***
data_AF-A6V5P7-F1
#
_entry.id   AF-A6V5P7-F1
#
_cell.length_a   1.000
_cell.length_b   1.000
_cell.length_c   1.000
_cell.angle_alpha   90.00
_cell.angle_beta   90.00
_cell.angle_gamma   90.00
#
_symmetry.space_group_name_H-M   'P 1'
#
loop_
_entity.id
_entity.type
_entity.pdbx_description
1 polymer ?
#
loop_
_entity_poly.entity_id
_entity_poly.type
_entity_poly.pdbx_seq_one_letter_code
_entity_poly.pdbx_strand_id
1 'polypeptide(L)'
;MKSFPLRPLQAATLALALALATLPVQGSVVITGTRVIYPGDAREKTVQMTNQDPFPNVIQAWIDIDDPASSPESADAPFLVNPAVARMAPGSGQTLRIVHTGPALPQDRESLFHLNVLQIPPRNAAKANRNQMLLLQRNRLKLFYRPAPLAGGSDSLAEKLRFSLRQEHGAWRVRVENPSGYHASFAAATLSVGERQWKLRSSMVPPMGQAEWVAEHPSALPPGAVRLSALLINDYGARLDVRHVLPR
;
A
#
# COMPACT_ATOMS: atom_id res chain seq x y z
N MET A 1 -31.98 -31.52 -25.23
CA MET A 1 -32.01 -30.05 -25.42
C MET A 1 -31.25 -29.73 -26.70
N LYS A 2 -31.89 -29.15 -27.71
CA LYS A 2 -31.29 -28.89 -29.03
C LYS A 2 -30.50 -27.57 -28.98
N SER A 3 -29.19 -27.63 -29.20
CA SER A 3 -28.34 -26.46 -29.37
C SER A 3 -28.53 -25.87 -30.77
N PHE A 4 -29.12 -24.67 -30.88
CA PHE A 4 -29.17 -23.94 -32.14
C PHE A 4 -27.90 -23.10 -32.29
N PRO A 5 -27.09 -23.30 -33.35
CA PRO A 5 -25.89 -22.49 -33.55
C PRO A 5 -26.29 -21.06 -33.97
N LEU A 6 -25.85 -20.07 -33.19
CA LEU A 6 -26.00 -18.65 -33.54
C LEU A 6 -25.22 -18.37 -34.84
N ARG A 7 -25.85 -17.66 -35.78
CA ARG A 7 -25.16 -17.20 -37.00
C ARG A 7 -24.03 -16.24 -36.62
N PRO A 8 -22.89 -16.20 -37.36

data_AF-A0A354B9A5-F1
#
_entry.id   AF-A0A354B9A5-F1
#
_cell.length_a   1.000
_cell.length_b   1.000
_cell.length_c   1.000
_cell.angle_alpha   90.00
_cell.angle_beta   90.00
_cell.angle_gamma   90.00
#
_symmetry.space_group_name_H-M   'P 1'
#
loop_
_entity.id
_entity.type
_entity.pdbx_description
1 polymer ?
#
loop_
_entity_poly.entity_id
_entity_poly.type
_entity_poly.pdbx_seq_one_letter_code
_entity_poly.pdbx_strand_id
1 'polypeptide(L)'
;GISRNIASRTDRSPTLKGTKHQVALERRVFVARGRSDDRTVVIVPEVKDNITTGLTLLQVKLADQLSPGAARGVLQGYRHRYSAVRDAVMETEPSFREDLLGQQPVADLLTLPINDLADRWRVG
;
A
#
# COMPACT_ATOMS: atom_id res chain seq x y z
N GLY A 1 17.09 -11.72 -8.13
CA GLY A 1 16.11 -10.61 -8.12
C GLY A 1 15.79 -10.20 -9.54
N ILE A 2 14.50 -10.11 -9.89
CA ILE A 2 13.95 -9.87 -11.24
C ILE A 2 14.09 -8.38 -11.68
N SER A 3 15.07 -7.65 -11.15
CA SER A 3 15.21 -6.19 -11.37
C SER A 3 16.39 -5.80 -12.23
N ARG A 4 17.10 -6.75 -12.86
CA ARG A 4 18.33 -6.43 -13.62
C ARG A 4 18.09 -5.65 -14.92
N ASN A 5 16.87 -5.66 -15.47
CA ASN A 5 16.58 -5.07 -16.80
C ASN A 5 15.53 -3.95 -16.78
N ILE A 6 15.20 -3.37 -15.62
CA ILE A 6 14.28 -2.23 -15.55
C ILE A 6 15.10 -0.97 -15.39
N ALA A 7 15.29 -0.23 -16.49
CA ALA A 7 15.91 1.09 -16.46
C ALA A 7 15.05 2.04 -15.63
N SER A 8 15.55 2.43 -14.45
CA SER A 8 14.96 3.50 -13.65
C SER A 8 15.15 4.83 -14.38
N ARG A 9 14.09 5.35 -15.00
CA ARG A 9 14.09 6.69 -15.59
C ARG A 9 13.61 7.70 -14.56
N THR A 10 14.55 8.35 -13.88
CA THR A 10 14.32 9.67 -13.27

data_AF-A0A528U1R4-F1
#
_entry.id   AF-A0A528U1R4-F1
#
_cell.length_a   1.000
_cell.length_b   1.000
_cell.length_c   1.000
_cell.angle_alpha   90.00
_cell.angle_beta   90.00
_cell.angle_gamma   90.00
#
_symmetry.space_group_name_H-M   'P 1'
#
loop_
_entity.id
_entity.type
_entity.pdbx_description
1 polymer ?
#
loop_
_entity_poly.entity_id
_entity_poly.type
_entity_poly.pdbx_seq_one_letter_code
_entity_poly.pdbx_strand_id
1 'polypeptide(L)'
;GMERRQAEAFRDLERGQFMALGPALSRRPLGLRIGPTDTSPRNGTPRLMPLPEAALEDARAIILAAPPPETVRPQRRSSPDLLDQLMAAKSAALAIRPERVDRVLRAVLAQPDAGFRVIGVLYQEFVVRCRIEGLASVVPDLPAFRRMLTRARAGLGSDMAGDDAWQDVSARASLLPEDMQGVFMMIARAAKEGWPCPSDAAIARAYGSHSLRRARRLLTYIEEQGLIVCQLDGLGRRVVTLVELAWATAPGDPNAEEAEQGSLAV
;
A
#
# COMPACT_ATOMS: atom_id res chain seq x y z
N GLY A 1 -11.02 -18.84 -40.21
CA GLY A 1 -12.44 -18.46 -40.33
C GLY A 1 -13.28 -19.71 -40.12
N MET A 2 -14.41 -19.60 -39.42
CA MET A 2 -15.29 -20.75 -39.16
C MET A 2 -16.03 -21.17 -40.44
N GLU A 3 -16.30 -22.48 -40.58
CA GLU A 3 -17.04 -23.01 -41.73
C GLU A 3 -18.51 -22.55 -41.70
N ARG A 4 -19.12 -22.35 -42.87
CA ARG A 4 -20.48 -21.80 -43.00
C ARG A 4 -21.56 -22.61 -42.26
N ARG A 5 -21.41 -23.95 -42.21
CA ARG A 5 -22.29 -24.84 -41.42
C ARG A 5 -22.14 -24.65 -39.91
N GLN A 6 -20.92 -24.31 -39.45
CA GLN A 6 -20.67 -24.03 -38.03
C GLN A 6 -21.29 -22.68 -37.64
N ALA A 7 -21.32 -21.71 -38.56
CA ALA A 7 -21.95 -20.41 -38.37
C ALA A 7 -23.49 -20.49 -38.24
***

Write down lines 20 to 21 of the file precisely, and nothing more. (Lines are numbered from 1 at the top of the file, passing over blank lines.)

loop_
_entity_poly.entity_id